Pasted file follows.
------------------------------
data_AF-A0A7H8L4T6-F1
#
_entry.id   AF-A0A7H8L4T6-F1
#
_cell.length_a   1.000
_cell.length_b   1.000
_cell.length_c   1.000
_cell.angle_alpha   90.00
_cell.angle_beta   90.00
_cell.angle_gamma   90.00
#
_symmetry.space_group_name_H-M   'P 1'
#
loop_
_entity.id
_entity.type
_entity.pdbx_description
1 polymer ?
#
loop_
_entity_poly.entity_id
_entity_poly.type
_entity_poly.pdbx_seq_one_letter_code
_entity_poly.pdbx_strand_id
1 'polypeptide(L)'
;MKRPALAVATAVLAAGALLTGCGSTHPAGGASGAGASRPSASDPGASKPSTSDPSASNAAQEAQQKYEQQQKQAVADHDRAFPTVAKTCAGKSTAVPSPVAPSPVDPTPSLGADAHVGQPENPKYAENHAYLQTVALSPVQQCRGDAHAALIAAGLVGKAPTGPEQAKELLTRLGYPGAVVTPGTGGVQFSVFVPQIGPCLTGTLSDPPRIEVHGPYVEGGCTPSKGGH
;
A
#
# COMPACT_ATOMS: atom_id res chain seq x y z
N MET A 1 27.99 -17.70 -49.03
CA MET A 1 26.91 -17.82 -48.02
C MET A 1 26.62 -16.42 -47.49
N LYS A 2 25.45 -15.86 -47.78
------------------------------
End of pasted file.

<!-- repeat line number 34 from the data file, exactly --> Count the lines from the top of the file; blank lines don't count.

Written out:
N LYS A 2 25.45 -15.86 -47.78